I have never been a soda drinker but used to enjoy a cold tonic water and lemon in the summer. I also love juice. But I gave up both bottled tonic water and juice in Tetra Paks several years ago when I started out on this journey to reduce my plastic waste. This was not a hardship for me as there are several plastic-free options for refreshments that are healthier, tastier, and less expensive.

Option #1: In Egypt, shops selling fresh juice can be found on almost every street and we have several here in Dahab. Take advantage of these! You can stop by the shops and enjoy a glass right there. (Try to remember to tell the juice man that you do NOT need a straw.) Many of the shops also sell fresh juice in reused 1 ½ L plastic water bottles, which is better than a new plastic bottle. If hygiene or time is a concern, bring your own bottle and ask them to fill it with your favorite juice. Nadim and I have done this often with ‘asab (sugar cane juice).

fresh juice

Option #2: Make your own juice! Visit the fruit and veggie stalls and choose your favorite summer fruits. Remember to bring your own reusable bag. My favorite mix at the moment is watermelon and lemon. I’m lucky enough to have a blender but it’s not necessary. You can also use a squeezer or handheld juice press, which are easy to buy here in Dahab.

Option #3: If you’re not a fan of juice, you can also make other drinks. Karkade is another of my summer favorites. Bringing your own bag and buying the loose karkade from the bulk bags means you can avoid all plastic.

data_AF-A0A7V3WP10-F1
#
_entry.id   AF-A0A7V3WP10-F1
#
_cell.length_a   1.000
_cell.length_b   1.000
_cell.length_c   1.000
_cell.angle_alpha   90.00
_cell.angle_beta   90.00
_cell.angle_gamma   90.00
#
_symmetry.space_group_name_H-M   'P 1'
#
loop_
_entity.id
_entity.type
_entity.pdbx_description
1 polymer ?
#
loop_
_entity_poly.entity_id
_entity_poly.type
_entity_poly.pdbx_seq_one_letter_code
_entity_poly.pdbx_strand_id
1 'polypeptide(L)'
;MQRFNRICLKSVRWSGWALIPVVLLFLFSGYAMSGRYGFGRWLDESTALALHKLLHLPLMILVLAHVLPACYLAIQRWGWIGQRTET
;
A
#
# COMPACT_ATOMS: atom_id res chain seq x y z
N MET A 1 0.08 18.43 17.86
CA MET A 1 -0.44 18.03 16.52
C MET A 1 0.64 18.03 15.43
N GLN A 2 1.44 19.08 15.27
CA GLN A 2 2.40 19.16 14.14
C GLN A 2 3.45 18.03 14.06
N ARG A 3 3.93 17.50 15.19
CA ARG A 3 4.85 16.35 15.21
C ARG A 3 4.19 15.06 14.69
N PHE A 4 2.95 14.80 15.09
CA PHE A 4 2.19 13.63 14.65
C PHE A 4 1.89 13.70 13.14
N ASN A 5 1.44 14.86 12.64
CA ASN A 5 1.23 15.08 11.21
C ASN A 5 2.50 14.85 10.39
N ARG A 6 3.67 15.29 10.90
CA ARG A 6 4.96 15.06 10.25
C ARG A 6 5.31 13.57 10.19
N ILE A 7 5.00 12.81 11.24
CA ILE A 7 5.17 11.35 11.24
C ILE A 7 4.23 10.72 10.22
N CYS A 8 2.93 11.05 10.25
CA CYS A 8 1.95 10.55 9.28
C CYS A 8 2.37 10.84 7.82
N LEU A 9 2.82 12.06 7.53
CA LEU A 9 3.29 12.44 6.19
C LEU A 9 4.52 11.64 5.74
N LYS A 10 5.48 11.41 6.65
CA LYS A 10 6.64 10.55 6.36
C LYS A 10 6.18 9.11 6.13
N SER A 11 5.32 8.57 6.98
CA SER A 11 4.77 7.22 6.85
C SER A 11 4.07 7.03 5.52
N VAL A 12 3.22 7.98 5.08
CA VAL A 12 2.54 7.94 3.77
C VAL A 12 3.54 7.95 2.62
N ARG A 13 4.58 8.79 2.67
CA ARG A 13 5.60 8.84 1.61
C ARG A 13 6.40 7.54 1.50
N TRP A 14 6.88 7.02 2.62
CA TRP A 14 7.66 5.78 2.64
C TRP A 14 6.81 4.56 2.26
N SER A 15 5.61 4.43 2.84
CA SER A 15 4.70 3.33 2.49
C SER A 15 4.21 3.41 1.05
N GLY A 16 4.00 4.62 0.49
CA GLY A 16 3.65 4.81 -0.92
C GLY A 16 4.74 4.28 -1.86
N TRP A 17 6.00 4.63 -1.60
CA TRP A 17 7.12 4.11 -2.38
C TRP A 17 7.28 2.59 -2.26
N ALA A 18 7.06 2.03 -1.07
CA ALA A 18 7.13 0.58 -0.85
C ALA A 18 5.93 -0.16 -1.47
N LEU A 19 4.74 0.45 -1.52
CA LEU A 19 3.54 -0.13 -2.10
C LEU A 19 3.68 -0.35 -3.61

Loose karkade bought from bulk bags

Loose karkade bought from bulk bags

Search the Internet for recipes for making your own sodas and other summer refreshments. Get creative! We have many local desert herbs growing in our garden and my husband often makes infusions out of these, which we then chill. Our favorites are shay al-jebel (Pulicaria incisa), dhafrah (Iphiona scabra), and a Saudi mint similar to habaq (Menta longifolia).

If you’re going to be spending the day out and about, fill a reusable bottle with your favorite drink and carry it with you.

What are some of your favorite plastic-free summer drinks? Do you have any tasty recipes to share?

Refuse ~ Reduce ~ Reuse ~ Recycle

 

Plastic Packaging of Food

1 and a halfMany of the items on my list of plastic trash that gets “thrown away” at our house are plastic-packed groceries, or food items.

Here are a couple of general tips for buying food with less plastic:

Always buy foods in large-sized packages. REFUSE the single-serving size. This is especially relevant when buying milk, yogurt, nuts, chips, and juice. Buying these food and drink items in larger sizes reduces the packaging-to-product ratio, which means you will be “throwing away” less plastic. 

  • Buy the 1 ½ liter cartons of milk.

  • Buy the largest size of yogurt, at least the 1 kilo container (available from Juhayna).

  • Buy the 1 liter cartons of juice, not the individual juice boxes.

  • Buy your snacks in the largest bags or containers possible.

If you’ll be sending the food or drink with children for school lunches, or packing them for your own picnic, you can repackage the food at home into smaller, individual size servings in reusable plastic or metal containers or small glass jars.

Yes, this means a bit more time and effort on our part, but it also means a lot less plastic packaging will end up in our dumpsters (and streets and seas and deserts).

So remember, in this case – bigger is better!

This is, of course, just the start of how we can reduce out plastic footprint when it comes to food. We’ll be exploring many other ideas so check back often.

Refuse ~ Reduce ~ Reuse ~ Recycle